Auckland, New Zealand; July 5, 2018 – The third session of the Pacific Renewable Energy Integration training programme, hosted by the United Arab Emirates, successfully concluded today in Auckland, New Zealand. The programme focuses on development and financing of solar, wind, and other renewable energy projects and is managed by Masdar, Abu Dhabi Future Energy Company, in partnership with the UAE Ministry of Foreign Affairs and International Cooperation and the Abu Dhabi Fund for Development (ADFD). The programme is funded through the US$50 million UAE-Pacific Partnership Fund (UAE-PPF) which has executed renewable energy projects in 11 Pacific Island countries.
The third session, running from 2 to 5 July 2018, notably featured content from parties involved directly in project implementation in Pacific island countries, including the New Zealand Ministry of Foreign Affairs and Trade, ANZ Banking Group , law firm Chapman Tripp, The University of the South Pacific, Elemental Power and Renewables, and ITP Renewables.
“Renewable energy is the future direction of all markets,” said Ahmed Al Dhaheri, Deputy Head of Mission at the UAE Embassy in New Zealand. “We are honoured to work with Pacific island countries on both the hardware and capacity-building elements of the transition. As we have seen in the UAE, public finance for renewable energy generation assets can kick-start growth, but ultimately the skills of utilities, regulators, and other stakeholders need to be in place for the sector to thrive.”
The two-year regional training programme was initiated by the UAE Ministry of Foreign Affairs and International Cooperation (MoFAIC) in 2017. The first two workshops took place in Fiji and Abu Dhabi, while the fourth and final session will be held on the sidelines of the General Assembly of the International Renewable Energy Agency (IRENA) in Abu Dhabi in January 2019.
Covering key technical, legal, commercial, financial, environmental and human resource aspects of renewable energy development, this month’s session drew 22 energy leaders and managers from 11 Pacific Island countries. Around a third of the participants were women. The workshop incorporated lessons learned from the successful delivery of UAE-PPF projects in the form of case studies and interactive exercises focused on renewable energy integration into island grids. The course also discussed projects currently under development in the Pacific.
Adel Al Hosani, Director of the Operations Department at ADFD, said: “Investing in a clean energy industry that employs talented, world-class professionals is central to achieving the Pacific Islands’ ambitious sustainability goals. As Abu Dhabi’s leading national entity for development aid, ADFD is delighted to finance the Renewable Energy Integration training programme that aims to empower the citizens of the Pacific Islands to capitalise on their valuable renewable resources.”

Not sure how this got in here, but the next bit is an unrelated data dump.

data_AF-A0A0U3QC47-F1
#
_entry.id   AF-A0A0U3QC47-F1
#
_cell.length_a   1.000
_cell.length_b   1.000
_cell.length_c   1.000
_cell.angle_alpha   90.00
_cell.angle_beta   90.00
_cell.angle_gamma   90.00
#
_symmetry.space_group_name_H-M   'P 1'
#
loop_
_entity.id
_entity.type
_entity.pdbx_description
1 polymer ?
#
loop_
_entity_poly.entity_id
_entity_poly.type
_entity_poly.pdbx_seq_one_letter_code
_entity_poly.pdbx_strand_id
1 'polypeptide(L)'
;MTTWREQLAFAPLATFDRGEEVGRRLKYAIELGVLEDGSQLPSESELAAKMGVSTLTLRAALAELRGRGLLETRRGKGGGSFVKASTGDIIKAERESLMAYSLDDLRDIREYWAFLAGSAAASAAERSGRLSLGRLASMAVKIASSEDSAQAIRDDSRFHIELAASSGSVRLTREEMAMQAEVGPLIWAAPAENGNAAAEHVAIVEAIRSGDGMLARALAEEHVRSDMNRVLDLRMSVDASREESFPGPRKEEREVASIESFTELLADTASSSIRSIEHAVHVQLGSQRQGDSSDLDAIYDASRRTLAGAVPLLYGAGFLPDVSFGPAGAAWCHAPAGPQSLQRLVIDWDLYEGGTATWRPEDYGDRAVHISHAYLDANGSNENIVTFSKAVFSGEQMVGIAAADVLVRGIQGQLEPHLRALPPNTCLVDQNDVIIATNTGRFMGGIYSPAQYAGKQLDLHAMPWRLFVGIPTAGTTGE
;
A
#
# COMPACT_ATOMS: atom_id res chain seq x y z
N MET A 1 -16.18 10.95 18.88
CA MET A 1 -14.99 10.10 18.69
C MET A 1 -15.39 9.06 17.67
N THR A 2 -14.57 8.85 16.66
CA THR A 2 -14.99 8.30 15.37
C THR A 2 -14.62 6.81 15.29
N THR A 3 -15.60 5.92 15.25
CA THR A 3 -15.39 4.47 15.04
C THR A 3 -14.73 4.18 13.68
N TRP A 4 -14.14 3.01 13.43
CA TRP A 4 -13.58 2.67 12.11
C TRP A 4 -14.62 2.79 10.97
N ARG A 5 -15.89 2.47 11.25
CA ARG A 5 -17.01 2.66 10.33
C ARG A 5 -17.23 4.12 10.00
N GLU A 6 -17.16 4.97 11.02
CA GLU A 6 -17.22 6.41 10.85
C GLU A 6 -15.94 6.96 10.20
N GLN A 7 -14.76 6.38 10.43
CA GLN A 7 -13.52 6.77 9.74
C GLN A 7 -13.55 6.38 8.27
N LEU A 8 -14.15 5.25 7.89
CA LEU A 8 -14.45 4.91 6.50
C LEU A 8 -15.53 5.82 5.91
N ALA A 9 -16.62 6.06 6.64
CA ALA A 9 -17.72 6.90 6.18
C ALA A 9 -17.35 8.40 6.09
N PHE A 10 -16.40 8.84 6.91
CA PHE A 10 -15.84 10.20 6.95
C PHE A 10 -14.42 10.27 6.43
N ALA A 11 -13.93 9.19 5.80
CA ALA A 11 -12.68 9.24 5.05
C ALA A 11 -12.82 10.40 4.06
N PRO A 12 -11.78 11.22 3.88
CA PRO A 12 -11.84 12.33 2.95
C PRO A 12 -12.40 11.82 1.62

He added: “In collaboration with its strategic partners from the ranks of local and international organisations, the Fund contributes to the advancement of renewable energy in all corners of the world. We are proud of the lasting success of the UAE-PPF.”
The training follows a high-level meeting between Jacinda Ardern, Prime Minister of New Zealand, and His Highness Sheikh Abdullah bin Zayed Al Nahyan, UAE Minister of Foreign Affairs and International Cooperation, in New Zealand in May 2018. The two countries discussed opportunities to enhance cooperation in investment, trade, food security, and energy including renewable energy. The UAE and New Zealand have a long track record of cooperation in the renewable energy sector, notably including the Solomon Islands’ largest-ever solar plant.
Khaled Ballaith, Director of Energy Services at Masdar, said: “With 11 renewable energy projects now operating across the Pacific Islands, the need for continuous local capacity-building is critical. At Masdar, we are pleased to leverage our expertise and the experience we gained from the UAE-PPF initiative to deliver a region-specific training programme that develops the skills of the local workforce and supports economic self-sufficiency of remote island states.”
The 11 projects delivered by Masdar through the UAE-PPF collectively increased the renewable energy generation capacity in the Pacific by 6.5 megawatts. They notably replace 3.2 million litres of imported diesel, annually saving the islands US$3.7 million in fuel costs, and displacing 8,447 tonnes of carbon dioxide emissions.
Building on the success of the UAE-PPF, MoFAIC launched the ADFD-funded US$50 million UAE-Caribbean Renewable Energy Fund (UAE-CREF) in January 2017 to deploy renewable energy projects in 16 Caribbean countries.